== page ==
Many lights, nearly everything static: Shadows?

Hi there,

I’m working on a pinball simulator in JavaScript, and I’d like to get a few opinions about how I should go about lighting in my three.js scene. It’s my first three.js project, so be gentle :slight_smile:

Pinball tables are a bit special because they have many lights but very few moving objects (usually only the ball). And a big factor of a pinball sim is how well the lighting is handled.

So I’ve created a test table and set all materials and lights to receive and cast shadows, and I got this:

Which is great, but there are only four lights and I’m already getting below 60fps with a rather powerful GPU. A modern pinball game has 30+ lights. So my question is the following:

Is there a way to bake a shadow map for the static meshes but still get dynamic shadows for the ball? I imagine projecting one object only would be a lot less computing-intensive than if all objects were casting shadows?

I’ve also read about forward deferred rendering, but it seems like three’s deferred renderer was abandoned.

Lastly, usually even the camera is static, but I’m not sure which kind of advantages in terms of lighting and performance that can bring me.

Looking forward to your comments! Cheers,



It is definitely possible. However I think the biggest problem would still be the 30+ lights casting shadows. The scene needs to be rendered from the light’s point of view in order to produce the shadow maps.
Things get extremely awful especially with point lights, as those need SIX cameras in order to cast shadows in all directions, so you get 6 renders per each point light. With this path, things quickly escalate to unplayable.

My humble recommendation would be to simply bake all static lighting, and use some sort of a cheat for the ball shadow, for example a “shadow plane” underneath it. It won’t be as dynamic as you might want, but it’s pretty simple and the higher quality of baked soft shadows might look great as well :slightly_smiling_face:

I’m curious to know what others have to say about it, as I’ve ran into a similar problem before (please correct me if I wrote something incorrect).

Btw it looks pretty awesome already :star_struck:
May I ask what physics engine you’re using?

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Thanks! This gets my hope a little up :slight_smile: In one sentence, how would you go about mixing dynamic and static shadowing? Somehow you would need to blend both into one map, right?

I was wondering how the point lights work. Six cameras, oh boy. Maybe there is a way to cheat? Given there’s only one moving object, maybe the other angles could be skipped, since it’s pretty easy to know on which side the ball currently is?

I’ve ported Visual Pinball’s physics engine to JavaScript. The goal here is to be able to load all the awesome pinball recreations from the Visual Pinball community into the browser, so the physics must be the same. And they are really good.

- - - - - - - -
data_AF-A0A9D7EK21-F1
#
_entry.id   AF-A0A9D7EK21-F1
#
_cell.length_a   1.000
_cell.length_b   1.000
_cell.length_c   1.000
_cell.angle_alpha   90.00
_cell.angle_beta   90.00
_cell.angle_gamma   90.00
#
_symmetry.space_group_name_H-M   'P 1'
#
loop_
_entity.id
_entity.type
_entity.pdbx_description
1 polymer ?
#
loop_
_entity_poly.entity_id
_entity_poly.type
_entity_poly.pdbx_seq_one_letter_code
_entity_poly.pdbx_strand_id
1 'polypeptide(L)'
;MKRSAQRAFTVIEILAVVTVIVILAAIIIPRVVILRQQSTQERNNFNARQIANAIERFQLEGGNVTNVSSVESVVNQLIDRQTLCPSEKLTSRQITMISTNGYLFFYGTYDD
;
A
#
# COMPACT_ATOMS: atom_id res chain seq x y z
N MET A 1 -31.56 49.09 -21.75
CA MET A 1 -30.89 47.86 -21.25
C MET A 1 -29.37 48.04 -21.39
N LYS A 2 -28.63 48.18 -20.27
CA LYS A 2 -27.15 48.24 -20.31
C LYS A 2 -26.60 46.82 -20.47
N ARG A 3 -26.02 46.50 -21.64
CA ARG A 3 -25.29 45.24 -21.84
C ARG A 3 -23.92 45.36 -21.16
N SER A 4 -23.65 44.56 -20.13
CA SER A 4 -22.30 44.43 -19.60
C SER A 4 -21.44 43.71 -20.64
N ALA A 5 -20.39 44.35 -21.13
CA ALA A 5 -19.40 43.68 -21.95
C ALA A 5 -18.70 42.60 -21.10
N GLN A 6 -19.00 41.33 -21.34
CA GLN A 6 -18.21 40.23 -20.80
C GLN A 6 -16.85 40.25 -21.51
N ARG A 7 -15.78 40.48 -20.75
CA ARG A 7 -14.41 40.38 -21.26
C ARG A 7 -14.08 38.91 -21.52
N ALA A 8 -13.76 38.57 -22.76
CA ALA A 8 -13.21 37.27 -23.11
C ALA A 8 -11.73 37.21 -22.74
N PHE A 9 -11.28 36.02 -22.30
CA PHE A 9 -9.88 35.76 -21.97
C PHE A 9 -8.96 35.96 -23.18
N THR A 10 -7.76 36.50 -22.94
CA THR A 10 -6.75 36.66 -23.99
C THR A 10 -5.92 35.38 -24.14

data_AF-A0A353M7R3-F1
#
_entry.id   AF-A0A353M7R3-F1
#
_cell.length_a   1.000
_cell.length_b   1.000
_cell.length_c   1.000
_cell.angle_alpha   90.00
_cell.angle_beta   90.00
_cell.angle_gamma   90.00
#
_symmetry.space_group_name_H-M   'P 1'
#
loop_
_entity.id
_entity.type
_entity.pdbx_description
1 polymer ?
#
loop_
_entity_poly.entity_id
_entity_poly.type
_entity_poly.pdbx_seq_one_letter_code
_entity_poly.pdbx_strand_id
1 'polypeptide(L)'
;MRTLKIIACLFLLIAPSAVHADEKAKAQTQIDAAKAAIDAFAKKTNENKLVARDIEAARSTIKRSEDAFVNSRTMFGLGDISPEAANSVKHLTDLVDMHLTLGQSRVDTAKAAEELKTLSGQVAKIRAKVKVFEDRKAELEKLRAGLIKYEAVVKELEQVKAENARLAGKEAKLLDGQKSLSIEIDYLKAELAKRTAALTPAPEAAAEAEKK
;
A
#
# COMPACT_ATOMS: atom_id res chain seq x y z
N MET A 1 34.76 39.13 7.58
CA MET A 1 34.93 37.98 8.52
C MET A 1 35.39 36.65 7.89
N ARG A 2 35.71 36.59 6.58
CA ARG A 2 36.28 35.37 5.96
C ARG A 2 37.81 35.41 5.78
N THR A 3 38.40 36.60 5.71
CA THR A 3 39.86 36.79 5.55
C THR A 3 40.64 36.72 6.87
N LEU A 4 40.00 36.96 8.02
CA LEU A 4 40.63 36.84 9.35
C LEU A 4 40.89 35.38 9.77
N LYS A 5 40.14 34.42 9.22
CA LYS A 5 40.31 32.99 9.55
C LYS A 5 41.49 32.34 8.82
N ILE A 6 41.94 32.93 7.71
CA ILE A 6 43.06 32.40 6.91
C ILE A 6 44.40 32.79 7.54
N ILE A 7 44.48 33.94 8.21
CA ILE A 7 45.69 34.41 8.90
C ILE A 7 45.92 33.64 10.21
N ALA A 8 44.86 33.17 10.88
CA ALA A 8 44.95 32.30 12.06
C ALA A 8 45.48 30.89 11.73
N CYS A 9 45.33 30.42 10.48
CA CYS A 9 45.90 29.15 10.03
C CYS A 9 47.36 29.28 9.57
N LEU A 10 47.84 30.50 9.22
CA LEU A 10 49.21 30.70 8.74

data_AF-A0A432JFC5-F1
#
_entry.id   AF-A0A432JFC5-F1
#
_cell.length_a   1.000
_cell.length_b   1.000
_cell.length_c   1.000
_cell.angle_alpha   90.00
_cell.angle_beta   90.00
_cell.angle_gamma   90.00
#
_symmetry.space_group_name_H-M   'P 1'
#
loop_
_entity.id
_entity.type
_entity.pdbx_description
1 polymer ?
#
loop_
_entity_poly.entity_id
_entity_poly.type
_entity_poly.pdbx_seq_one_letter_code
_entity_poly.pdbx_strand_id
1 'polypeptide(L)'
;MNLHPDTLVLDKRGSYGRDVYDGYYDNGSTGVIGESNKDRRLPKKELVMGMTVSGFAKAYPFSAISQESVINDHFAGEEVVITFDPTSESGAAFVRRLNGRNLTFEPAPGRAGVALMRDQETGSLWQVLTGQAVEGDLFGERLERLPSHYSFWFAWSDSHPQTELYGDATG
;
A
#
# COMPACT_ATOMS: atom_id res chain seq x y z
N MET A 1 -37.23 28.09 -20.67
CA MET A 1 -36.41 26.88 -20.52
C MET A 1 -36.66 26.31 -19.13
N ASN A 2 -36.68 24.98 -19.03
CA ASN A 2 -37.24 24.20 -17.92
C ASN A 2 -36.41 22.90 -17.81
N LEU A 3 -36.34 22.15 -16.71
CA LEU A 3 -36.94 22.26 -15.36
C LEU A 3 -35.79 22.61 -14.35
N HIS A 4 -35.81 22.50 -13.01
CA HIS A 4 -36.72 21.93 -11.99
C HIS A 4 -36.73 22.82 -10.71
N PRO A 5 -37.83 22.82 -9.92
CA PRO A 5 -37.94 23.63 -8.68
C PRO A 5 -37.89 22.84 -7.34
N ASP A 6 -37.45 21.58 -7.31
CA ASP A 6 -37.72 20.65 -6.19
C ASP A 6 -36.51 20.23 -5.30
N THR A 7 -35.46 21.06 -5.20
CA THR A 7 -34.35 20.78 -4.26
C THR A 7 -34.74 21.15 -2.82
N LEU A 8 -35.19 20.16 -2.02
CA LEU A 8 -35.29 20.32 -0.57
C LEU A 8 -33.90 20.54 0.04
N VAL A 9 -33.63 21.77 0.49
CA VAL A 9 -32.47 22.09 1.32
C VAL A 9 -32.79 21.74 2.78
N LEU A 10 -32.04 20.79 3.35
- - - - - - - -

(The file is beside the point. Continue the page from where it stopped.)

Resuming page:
Baked shadows will definitely give you the best performance. However I’ve had good results setting WebGLRenderer.shadowMap.autoUpdate = false and then needsUpdate = true once at the start to render the static shadow map.

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Well using baked shadowing only would be a pity for the ball movement, and maybe even weird if static objects cast shadows but not the ball?

I’ve read about WebGLRenderer.shadowMap.autoUpdate = false, but that would apply to the entire scene, right? So for any kind of ball movement (which is basically all the time), I’d need to set needsUpdate to true.

I suggest using 1-2 shadow casting light sources at most. You can have many lights in general - but you would need to go for deferred rendering pipeline. Baked shadows look great, if you tone them down a bit - the fact that the ball doesn’t have the same quality of shadows doesn’t stand out as much. Humans track motion, so when the ball is moving - it will not look “weird” in general.

Most of the games out there are smoke and mirrors, it’s not about “how long your light is - it’s how you use it”. When it comes to lights - they are generally expensive, with deferred lighting they become relatively cheap, but shadows still remain expensive. You only really get cheap shadows on ray-tracing API, but we don’t have that in WebGL yet.

Good luck :mermaid:


You can use a small transparent png for the ball’s shadow, and possibly for other moving parts like the levers.The car’s shadow in this example demonstrates that technique.

Exactly. You have to figure out what kind of tricks will work for your situation, and I think a mainly static model like a ping pong table is perfect for testing various methods out.

There’s some discussion around redesigning the shadow API to make it more flexible on Github at the moment

Thanks @looeee, I’ve read through the issues and it’s good to know that shadows seem to have more than a purely academical purpose. :wink:

I think shadowing on the lower playfield only would be fine. That would make four light sources. I just saw that #11035 got closed so I would be able to have many more non-shadow casting lights.